I imagine many of us do something very similar. For posterity, I end up doing something like
cd $(mktemp -d) echo "layout python3" >> .envrc && direnv allow .
probably 2+ times per day. So I can see a need for this to be immediate, e.g. if
venv was used by default if no environments could be discovered.
I think the default structure of what Hatch does is ideal:
hashed_root = sha256(str(project_root).encode('utf-8')).digest() checksum = urlsafe_b64encode(hashed_root).decode('utf-8')[:8] virtual_env_path = data_directory / normalized_project_name / checksum / venv_name
The data directory in this standardized approach would be
platformdirs.user_data_dir('.python', appauthor=False) / 'env'.
Note that it is necessary to incorporate the path to the project because the same name might be used elsewhere, perhaps for testing. IDEs like VSCode have that information necessarily so they would be able to resolve the path to the virtual environment.
Is Hatch able to detect (and possibly garbage collect) orphaned virtual environments?
I wonder if there are cases where I would want to run a 3rd party tool outside of
hatch run or
hatch shell (so that this tool needs to know hatch’s naming logic for virtual environments). And if I understood correctly the
venv_name part is a user-defined variable (that can not be inferred by a 3rd party tool), right?
Orphaned as in the project directory no longer exists? Not yet.
That is a good point but not exclusive to Hatch as the name of the environment would need to be known in the case of all tools. I think the solution is still Brett’s Python launcher idea where there’s some communication mechanism that each tool exposes.
This thread is just about what the path should be so I thought I would chime in since I think I came up with the most appropriate way to isolate them
Ok, that was just out of curiosity. Seems like everything is in place to make it possible anyway. Maybe it is an idea for a plugin.
I understood it as the point is that the path to the environment should be inferred without external input. So in the case of hatch, it’s all good up until the
venv_name. I think Poetry has (or had, last time I looked into it years ago) only 1 environment per project (and per Python interpreter) so it can be inferred (there is also some kind of a hash of the project’s path). I do not know how PDM does it, except in the
One environment per project will not work for standardization.
Right, I re-read the proposal and the discussion. I understand better now.
And enough people feel that way that I don’t think we can ignore that use case overall. This is actually why I started this conversation about whether we can come up with some guidelines for tool creators and integrators to follow beyond just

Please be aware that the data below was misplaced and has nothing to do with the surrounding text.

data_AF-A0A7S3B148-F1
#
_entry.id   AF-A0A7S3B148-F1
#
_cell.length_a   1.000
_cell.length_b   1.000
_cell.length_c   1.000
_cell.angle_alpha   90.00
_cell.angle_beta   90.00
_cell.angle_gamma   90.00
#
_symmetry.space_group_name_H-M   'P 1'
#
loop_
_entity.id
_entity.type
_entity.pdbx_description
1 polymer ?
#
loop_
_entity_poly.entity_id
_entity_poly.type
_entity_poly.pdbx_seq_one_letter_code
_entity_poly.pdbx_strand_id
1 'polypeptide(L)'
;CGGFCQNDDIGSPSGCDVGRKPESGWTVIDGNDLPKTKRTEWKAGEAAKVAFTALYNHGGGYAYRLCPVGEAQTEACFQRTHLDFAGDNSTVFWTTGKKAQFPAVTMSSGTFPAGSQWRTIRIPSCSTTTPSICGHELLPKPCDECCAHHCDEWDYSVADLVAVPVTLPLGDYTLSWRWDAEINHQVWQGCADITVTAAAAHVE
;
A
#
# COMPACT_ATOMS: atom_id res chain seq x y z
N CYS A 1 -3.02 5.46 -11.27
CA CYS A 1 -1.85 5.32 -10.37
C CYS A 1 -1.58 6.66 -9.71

.venv so we can support the multiple environment scheme (although it honestly seems to most be in some global directory instead of being local).
This is why I’m proposing the
.venv file idea as that works around the symlink issue.
How important is this to people? I assume this is mostly for automated cleanup of orphaned environments? We could suggest tools record the workspace the environments are meant for in some text file or something.
So the plan was to always bring that discussion here, but I have been waiting on some critical feedback from …
conda. Review the proprosal to develop a JSON schema and approach to facilitating environment/interpreter discovery · Issue #11283 · conda/conda · GitHub (I have gotten some tacit confirmation that conda likes the idea).
I am hoping to use the code in the Python Launcher to handle environment discovery in VS Code, which would mean some form of Windows support. So I assume it will happen eventually.
To try and refocus this conversation, my questions for everyone are:
- What do you think of the
.venvfile idea as a cheap, simple way to tie a workspace to a virtual environment stored elsewhere?
- Is there a directory where people would install virtual environments that we can recommend to tools to use?
- Is there some naming/structure scheme within that global directory that we can recommend to tools for having multiple environments for an associated workspace (like what @ofek suggested in Setting up some guidelines around discovering/finding/naming virtual environments - #13 by ofek)?
I get it if the answer to the above questions is “don’t need it”, but I will say this is not a a theoretical issue; we have constant problems trying to find people’s environments properly in VS Code and right now it’s a jumble of custom code per environment management tool we choose to support (which is a similar problem for the Python Launcher). My planned solution is Support a way for other tools to assist in environment/interpreter discovery · Discussion #168 · brettcannon/python-launcher · GitHub (which I will have a proper discussion here when I’m ready to start implementing it), but I’m not sure if that’s not a bit too heavy-handed for common cases (although it will totally meet my needs and everything I’m asking about). But if all we can agree on is what’s in PEP 704 for the situation of when one only needs a single virtual environment and chooses to store it locally, then so be it.
- I think the
.venvfile idea is great. I’ve been using it for a couple years and it’s been really nice and flexible.
I’ve shared this setup with n=2 novice Python users and they’ve found it really easy to use, in combination with a shell plugin that automatically a) activates and deactivates venvs based on